In 1969 Nina Simone was at the height of her artistic powers. It was the middle of the Civil Rights Movement, and her voice had been inseparable from the cause ever since 1964's masterpiece "Mississippi Goddam." Yet as her political activism rose, her music took a back seat and she became more and more engaged, more aligned with Malcolm X's advocation for revolution rather than Martin Luther King's peaceful resistance arguments, though she had great respect for Dr. King, also. In 1967, two years before this concert, she recorded another track that would become one of her enduring pieces, "I Wish I Knew How It Would Feel To Be Free," by Billy Taylor, on her album Silk and Soul.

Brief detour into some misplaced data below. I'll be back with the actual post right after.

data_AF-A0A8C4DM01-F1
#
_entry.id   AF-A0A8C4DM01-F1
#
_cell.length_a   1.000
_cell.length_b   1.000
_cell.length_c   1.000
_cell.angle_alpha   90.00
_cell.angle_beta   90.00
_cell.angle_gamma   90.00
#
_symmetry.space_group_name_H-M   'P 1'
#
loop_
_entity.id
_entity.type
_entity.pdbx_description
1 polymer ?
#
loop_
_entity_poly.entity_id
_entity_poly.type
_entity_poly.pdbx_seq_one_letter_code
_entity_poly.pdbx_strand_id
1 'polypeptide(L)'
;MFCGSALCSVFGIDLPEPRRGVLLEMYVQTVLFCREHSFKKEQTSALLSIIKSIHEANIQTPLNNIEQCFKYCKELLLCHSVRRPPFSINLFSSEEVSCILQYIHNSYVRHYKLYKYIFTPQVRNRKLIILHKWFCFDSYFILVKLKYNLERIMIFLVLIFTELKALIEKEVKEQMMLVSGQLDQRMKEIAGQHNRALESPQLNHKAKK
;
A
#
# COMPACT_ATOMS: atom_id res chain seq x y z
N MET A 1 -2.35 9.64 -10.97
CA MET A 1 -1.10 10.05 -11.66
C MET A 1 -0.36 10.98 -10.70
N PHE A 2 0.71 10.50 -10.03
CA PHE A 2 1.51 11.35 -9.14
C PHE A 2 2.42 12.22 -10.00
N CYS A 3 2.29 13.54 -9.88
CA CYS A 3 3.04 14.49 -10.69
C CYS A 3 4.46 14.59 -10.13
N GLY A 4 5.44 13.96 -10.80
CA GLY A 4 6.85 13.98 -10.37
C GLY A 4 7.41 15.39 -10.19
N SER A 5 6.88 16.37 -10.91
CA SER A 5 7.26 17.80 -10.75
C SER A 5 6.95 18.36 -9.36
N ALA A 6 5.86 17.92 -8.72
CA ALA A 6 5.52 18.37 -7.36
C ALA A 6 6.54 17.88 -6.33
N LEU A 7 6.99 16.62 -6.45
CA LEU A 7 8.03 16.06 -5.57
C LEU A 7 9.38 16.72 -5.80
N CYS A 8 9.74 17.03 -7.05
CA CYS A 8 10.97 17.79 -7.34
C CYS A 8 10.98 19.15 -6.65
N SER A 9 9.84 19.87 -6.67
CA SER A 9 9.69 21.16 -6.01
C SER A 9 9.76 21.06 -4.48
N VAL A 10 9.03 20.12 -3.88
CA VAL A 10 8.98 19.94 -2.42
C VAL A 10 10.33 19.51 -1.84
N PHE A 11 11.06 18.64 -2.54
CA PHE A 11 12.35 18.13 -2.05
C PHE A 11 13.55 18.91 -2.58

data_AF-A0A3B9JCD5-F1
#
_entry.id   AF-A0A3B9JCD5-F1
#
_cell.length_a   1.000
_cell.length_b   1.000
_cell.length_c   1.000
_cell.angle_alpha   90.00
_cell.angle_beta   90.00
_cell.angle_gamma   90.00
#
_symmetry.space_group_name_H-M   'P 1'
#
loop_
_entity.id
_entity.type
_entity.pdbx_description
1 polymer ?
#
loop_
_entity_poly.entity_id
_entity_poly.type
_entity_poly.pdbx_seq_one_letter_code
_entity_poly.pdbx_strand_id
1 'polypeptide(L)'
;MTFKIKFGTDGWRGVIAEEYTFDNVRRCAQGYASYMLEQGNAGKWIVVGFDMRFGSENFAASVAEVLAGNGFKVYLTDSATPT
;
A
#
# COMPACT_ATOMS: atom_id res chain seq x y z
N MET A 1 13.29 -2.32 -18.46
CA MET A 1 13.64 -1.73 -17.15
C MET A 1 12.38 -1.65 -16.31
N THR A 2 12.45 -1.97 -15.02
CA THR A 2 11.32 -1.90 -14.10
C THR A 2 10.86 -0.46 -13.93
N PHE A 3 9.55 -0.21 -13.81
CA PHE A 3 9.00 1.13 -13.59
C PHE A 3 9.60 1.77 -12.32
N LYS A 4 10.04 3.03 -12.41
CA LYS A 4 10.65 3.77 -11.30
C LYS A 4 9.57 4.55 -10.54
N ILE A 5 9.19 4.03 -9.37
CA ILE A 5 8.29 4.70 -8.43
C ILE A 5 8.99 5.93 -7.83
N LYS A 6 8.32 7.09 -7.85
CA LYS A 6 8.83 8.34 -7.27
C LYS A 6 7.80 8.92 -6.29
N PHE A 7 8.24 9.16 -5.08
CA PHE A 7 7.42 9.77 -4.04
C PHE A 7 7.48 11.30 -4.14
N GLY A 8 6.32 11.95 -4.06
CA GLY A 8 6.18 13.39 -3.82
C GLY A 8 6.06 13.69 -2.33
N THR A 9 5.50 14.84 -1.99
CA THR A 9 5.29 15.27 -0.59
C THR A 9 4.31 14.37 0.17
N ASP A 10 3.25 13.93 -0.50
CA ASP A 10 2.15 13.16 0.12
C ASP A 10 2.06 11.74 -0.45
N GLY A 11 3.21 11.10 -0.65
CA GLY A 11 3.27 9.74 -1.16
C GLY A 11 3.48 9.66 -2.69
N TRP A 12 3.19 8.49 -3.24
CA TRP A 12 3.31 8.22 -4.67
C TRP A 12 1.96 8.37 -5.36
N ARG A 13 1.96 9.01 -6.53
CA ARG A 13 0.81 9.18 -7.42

This is the track that closes part one of this concert at the mythical Olympia venue in Paris. It is haunting, beautifully-written and performed with such conviction that Simone speaks across the decades, showing herself to be every bit the High Priestess of Soul, both for today and for all ages. “Backlash Blues” is another noteworthy moment, written by the Harlem Renaissance poet Langston Hughes, who was a personal friend of hers. With soft, rhythmic piano backing, steady drums and fabulous backing singers in Gina Rothchild and Doris Willingham, the set is built around giving Nina the space she needs to deliver her singular and immensely impactful art.